Yesterday I lost one of the best friends I’ve ever had. And I know I’m among many people who can say the same thing. Pattie Noel, my metastatic breast cancer sister, drew her last breath around 8 p.m. on July 22, just a month shy of her of 50th birthday. She was surrounded by loving family and friends, and I thank God I was one of them.
I knew Pattie from Pink Ribbon Girls, an organization dedicated to helping breast cancer survivors, young women in particular.We were friends, but developed a strong bond when we were diagnosed with stage IV breast cancer one month apart. We seemed a kind of an odd couple. She was an extremely faith-filled Christian who never said an unkind word about anyone. As her husband said yesterday to us, she loved everyone. I never met anyone as selfless as her. As she approached death, her sister told me her biggest disappointment was that she was not going to be able to help more people.
In contrast, I’m a non-practicing Jew, prone to swearing at times and getting angry over situations I deem unfair. I have spent most of my adulthood trying to be less selfless and learning to take care of myself. I’ve been in years of therapy trying to reduce my codependency I learned from having a drug-addicted mother and bi-polar father and brother. I consider myself more spiritual than religious and am definitely not a Bible reader.
Since being diagnosed with metastatic disease, my passion has been for helping other stage IV survivors. But I tended to stay away from meetings for newly diagnosed, early-stage survivors, thinking they would be afraid of my story and diagnosis. Pattie never felt uncomfortable and had an affinity for helping women who are overwhelmed by a cancer diagnosis. She had a gentle spirit and was a good listener, which helped make members feel comfortable sharing their experiences and emotions. And she was willing to share her personal experience with anyone. Pattie was always emailing new members and had a wonderful, calming presence to ease fears.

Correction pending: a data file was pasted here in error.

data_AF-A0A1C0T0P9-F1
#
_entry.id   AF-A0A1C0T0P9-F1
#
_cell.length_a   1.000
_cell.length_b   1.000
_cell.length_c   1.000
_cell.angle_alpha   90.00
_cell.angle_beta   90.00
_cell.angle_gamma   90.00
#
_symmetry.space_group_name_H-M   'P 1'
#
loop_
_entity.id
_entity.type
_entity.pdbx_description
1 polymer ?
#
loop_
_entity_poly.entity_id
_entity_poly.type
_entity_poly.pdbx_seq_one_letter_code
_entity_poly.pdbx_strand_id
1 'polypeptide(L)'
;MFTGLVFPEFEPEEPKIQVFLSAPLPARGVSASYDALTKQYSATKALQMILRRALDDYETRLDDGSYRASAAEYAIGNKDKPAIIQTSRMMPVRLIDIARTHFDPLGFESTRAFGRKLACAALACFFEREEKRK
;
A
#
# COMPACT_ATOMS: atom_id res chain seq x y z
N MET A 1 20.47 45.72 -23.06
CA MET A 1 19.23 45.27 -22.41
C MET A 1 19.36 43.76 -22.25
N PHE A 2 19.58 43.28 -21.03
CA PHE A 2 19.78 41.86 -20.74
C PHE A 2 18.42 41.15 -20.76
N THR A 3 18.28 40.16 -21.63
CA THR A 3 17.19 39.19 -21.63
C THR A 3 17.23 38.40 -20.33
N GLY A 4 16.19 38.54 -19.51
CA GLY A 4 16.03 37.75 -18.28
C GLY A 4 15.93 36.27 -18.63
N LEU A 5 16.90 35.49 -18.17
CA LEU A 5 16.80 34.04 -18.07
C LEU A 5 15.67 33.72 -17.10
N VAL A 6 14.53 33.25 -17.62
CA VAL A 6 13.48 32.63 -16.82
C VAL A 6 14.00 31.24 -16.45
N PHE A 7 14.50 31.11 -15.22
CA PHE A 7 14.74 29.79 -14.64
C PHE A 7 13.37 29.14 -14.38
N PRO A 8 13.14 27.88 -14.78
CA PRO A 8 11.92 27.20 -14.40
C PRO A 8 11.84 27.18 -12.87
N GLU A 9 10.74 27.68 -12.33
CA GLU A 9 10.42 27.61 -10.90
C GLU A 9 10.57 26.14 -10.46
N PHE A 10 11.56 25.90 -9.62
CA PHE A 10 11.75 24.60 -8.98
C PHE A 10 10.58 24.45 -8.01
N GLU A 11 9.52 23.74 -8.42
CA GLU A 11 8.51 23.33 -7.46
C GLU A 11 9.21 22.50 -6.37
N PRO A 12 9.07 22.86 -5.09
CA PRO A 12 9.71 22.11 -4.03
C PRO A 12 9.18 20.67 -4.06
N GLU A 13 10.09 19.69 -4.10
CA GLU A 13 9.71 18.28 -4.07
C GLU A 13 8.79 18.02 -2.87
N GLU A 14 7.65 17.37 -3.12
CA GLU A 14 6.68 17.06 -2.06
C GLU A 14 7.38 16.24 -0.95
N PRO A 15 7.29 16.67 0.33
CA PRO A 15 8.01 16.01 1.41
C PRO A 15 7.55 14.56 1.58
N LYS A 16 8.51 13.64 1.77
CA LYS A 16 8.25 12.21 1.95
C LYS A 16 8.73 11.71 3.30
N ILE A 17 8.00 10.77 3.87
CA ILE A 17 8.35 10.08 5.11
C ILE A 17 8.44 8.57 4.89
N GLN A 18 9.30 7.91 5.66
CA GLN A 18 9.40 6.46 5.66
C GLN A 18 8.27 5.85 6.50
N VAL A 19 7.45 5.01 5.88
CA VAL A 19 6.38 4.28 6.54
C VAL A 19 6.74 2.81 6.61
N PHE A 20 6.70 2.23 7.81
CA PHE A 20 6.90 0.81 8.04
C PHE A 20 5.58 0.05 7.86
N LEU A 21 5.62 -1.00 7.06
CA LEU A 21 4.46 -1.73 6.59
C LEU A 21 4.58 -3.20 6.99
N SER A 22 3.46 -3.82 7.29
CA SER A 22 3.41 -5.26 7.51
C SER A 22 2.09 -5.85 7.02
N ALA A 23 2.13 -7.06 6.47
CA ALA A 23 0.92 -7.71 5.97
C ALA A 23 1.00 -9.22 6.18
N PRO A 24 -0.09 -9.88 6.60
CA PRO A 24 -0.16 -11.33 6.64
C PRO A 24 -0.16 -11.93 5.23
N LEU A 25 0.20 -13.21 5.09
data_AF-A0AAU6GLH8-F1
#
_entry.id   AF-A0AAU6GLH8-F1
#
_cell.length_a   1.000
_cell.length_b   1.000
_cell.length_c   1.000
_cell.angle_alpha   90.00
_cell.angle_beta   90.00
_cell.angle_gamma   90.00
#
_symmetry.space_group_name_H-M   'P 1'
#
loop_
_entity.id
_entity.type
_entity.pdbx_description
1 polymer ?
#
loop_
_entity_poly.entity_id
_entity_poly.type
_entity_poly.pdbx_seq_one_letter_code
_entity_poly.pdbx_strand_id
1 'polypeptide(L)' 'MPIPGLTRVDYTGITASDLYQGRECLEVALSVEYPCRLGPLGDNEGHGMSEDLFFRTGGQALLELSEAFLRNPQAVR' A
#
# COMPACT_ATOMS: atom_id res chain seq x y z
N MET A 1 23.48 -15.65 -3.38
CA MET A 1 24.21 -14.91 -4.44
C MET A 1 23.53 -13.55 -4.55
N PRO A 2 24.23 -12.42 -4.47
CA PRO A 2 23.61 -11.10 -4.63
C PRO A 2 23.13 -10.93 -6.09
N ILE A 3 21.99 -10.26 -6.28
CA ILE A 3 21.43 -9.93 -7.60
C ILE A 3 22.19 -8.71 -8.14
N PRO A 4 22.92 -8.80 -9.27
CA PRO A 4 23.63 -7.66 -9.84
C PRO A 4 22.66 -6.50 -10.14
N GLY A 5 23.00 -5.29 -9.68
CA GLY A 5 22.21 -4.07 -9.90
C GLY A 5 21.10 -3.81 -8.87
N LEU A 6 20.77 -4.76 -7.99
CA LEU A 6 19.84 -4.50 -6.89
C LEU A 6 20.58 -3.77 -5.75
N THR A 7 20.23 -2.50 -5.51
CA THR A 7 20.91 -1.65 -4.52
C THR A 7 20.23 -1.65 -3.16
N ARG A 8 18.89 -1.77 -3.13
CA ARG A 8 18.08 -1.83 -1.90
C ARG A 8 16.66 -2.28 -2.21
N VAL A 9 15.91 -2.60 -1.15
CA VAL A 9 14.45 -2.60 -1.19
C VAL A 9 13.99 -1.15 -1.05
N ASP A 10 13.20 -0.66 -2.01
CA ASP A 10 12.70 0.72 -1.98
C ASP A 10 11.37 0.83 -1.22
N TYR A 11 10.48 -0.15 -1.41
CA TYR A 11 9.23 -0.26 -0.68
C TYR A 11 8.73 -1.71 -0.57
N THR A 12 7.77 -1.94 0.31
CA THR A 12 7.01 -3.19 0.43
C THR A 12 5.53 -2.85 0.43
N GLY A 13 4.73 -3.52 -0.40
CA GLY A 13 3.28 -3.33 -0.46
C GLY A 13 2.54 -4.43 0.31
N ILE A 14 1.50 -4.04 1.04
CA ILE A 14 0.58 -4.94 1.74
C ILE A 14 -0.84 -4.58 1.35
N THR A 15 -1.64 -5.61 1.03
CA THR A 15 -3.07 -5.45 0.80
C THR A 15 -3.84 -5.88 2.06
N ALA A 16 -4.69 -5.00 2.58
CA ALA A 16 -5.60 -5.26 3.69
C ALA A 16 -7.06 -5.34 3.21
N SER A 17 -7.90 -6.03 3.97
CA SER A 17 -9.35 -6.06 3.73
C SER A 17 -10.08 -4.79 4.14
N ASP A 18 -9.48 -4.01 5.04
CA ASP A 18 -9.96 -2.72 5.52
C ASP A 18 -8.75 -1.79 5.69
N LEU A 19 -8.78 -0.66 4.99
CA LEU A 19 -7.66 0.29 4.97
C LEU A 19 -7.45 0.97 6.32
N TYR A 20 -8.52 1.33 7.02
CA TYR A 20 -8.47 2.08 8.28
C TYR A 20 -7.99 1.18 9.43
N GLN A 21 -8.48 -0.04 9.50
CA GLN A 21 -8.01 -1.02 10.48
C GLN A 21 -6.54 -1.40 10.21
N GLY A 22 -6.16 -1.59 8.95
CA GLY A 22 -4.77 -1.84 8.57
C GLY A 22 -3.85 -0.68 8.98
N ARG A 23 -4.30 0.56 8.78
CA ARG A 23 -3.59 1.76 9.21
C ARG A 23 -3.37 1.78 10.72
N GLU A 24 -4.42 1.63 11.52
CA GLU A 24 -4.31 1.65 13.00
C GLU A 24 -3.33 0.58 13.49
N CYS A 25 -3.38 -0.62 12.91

But it didn’t matter to Pattie that she and I were different in some ways; she loved me – and everyone else unconditionally. We went to conferences together, compared notes about treatment, had lunch with other survivors and brainstormed how to help other women. And we never got off the phone without saying, “I love you.”
Pattie did all of her good works without expectation of any recognition. At a workshop on forgiveness Pattie helped organize, I joked with her that I couldn’t picture her holding a resentment because she was so angelic. I always felt like Pattie was an angel on earth. Now she is an angel in heaven. And I believe she is up there right now, looking down on all of us, helping us along the way.
Yesterday, as I sat on the porch of her lovely home with my friend Banita, the most unusual thing happened. A moth with monarch butterfly-like markings was fluttering around me. It landed on my leg and sat there for a long time and even hung out on the ground right by my chair. A similar butterfly landed on my back and was fluttering around me the day before when Mike and I were canoeing. I believe that was Pattie’s spirit hovering around, giving me reassurance that she was there for me and that her love will never go away. We, indeed, have an angel watching over us, and her name is Pattie Noel.